Coro, towards the western end of Venezuela’s coast, is not that far from Curacao as the seagull flies but sadly there is no ferry link between the countries. Instead, I flew to Caracas (where the airport is 25km from the city through the mountains) got a taxi to the bus station and, since it was now midday and the next direct coach to Coro departed at 8.30pm, took a much rattier but frequent service to the town of Valencia and then another on to Coro, arriving just about when the evening bus would have departed.
Another sixteenth century Spanish colonial city, Coro is unique in that it has earthen buildings that have survived from that period. The city is however on UNESCO’s List of World Heritage in Danger as many of these buildings were damaged by heavy rain in 2004-5.
South America’s first bishopric was located here, before being relocated to Caracas, along with the governorship of the province, in the seventeenth century. The moves were prompted by a series of pirate raids, the effects of which, alongside serious cyclone damage in 1681 meant that the city was largely rebuilt in the eighteenth century.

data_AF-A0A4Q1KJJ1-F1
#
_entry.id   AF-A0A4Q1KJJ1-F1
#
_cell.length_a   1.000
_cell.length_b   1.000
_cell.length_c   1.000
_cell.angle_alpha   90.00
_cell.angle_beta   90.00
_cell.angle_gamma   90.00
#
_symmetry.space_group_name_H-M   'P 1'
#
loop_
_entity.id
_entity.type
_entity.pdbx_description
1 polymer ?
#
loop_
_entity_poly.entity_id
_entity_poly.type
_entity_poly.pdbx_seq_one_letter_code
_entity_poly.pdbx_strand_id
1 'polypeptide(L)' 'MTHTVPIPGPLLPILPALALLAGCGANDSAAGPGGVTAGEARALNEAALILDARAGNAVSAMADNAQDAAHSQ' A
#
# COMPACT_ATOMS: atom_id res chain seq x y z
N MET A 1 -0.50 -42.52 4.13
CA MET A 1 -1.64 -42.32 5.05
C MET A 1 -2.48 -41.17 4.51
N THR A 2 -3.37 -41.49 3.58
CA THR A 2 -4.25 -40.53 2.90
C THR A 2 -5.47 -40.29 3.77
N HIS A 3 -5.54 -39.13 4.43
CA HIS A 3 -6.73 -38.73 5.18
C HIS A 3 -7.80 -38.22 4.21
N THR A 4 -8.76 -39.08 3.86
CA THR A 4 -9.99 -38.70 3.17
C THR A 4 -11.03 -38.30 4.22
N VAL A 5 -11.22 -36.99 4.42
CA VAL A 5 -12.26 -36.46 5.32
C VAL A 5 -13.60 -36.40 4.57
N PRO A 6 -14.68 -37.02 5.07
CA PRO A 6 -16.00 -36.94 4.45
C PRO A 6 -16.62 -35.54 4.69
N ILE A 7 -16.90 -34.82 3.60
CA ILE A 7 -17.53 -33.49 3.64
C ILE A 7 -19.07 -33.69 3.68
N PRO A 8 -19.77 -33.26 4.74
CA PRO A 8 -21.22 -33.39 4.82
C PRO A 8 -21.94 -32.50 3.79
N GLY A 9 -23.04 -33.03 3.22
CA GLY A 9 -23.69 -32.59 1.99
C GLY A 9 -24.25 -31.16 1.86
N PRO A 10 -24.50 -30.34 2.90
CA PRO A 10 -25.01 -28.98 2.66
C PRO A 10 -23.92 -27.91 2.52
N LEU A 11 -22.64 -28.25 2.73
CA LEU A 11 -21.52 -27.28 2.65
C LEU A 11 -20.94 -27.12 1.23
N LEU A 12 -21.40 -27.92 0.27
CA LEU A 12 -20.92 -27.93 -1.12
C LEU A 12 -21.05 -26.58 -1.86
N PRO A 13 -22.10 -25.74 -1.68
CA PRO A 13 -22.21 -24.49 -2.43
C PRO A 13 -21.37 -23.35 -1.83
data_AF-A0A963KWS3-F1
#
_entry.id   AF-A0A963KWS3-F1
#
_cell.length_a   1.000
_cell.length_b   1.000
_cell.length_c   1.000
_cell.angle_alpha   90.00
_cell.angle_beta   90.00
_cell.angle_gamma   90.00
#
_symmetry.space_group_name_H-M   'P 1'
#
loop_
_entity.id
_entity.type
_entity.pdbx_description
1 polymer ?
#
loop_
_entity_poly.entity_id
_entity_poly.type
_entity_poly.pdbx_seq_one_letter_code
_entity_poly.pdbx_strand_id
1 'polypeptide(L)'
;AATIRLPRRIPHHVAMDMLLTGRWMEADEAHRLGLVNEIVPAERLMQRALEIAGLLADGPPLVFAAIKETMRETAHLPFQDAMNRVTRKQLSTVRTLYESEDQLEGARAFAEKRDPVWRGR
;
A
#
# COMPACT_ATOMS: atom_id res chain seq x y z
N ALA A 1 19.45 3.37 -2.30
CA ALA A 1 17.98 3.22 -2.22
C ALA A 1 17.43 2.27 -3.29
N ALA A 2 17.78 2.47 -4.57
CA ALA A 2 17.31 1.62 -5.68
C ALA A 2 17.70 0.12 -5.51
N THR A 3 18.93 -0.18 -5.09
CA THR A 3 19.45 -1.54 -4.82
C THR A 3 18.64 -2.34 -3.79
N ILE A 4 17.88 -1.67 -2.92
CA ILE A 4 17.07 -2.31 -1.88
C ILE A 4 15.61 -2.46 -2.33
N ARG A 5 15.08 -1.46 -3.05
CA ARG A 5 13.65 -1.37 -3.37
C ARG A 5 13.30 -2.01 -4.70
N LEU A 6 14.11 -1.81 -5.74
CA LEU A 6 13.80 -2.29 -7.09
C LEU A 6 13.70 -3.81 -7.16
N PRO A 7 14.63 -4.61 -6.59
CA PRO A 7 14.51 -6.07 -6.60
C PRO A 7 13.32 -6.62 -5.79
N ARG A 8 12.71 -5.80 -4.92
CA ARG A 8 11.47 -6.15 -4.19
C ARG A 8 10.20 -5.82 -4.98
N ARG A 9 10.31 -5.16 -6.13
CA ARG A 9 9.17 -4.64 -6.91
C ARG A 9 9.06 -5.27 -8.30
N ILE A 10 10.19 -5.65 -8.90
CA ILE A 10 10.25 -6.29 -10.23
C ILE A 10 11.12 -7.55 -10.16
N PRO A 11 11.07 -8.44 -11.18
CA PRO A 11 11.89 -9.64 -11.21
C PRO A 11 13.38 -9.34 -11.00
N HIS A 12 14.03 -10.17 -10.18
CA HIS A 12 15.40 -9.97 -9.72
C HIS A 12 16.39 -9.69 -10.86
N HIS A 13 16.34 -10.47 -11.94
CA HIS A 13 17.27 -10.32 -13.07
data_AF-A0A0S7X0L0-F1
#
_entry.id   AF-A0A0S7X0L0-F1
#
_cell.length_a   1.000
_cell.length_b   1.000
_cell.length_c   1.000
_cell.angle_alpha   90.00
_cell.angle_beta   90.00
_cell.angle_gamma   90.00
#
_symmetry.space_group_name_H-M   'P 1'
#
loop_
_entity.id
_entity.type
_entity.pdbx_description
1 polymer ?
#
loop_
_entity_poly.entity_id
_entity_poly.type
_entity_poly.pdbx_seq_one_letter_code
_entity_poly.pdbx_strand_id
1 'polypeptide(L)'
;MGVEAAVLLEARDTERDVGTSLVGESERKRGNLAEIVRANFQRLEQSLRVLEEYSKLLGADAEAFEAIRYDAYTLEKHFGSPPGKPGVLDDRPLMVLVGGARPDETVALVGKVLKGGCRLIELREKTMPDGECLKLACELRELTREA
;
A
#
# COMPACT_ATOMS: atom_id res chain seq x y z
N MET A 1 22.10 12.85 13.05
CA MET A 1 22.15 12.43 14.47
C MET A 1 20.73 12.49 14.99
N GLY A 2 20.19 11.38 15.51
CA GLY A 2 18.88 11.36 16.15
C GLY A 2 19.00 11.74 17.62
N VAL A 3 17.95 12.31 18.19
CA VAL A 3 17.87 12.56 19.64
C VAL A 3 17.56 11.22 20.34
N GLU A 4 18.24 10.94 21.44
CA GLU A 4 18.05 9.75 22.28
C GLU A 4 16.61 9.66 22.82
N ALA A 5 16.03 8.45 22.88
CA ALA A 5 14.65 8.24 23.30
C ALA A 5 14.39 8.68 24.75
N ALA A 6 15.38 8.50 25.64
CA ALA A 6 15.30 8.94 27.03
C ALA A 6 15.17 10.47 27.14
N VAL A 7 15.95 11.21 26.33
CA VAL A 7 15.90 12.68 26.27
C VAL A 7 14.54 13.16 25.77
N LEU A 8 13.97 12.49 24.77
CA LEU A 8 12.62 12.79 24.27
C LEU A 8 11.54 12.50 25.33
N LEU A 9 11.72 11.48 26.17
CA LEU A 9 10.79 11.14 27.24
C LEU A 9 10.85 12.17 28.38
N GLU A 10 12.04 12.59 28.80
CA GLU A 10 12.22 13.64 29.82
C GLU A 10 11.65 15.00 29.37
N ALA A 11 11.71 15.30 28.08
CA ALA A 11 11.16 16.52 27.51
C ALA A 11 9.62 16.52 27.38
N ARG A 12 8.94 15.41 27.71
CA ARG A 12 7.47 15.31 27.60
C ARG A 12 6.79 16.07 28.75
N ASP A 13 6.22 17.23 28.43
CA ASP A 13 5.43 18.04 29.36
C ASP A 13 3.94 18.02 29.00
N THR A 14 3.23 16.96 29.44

I had a certain amount of difficulty finding the historic centre, or at least being sure that that was where I was. Indeed I went back to my hostel and consulted a map of the listed zone on the UNESCO website which, after a lot of cross-referencing with Google maps, I had to conclude was not in fact a map of this town. I could be for the port, which is actually about 15km away, but as that is one of the few places on the planet that Google’s omnipotence has failed to map, I can’t be sure.
Wikipedia was more helpful and a second trip into town found me some of the more frequently cited old buildings. Sadly the one with the most impressive doorway was clearly one of those damaged and is surrounded in hoarding. You can see what it used to look like here, but this is its present appearance:
The architecture is described by UNESCO as being a fusion of “local traditions with Spanish Mudéjar and Dutch architectural techniques” but I have to say I’m struggling to find the Dutch influence.
I have built one of the other houses with a more interesting doorway, the Casa del Sol, named for the sun over the door – placed there as a symbol for god, according to Wikipedia.
Sadly the sun was too small to include in the Lego version, which I’ve also had to build in a less wonderful colour: